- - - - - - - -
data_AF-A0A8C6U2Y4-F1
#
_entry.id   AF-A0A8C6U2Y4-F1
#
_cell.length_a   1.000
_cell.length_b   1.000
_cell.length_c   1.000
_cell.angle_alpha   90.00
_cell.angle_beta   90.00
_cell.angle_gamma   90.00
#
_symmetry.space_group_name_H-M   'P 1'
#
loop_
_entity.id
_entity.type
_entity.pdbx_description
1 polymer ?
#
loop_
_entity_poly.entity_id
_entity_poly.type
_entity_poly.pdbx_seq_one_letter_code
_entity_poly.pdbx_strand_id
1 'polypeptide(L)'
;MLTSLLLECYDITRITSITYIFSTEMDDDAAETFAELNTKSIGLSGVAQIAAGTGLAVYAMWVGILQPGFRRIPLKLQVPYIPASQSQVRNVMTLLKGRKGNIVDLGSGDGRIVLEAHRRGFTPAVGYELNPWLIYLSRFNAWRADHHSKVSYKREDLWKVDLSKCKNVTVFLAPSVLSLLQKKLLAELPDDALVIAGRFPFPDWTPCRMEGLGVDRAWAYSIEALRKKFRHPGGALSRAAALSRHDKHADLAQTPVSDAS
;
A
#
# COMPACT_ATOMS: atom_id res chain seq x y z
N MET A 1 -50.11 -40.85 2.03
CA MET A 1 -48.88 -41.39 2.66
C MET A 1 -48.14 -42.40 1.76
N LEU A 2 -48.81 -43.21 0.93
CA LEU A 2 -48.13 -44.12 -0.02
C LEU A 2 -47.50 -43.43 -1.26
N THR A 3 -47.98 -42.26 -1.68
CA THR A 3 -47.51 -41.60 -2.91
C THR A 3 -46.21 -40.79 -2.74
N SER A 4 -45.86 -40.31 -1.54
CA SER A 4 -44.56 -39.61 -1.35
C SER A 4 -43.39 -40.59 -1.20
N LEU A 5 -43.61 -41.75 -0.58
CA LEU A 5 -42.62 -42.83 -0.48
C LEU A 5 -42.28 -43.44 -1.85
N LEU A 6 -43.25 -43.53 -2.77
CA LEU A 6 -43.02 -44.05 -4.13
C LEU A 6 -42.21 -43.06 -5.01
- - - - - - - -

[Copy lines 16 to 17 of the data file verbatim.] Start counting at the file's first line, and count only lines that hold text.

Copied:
_entity.type
_entity.pdbx_description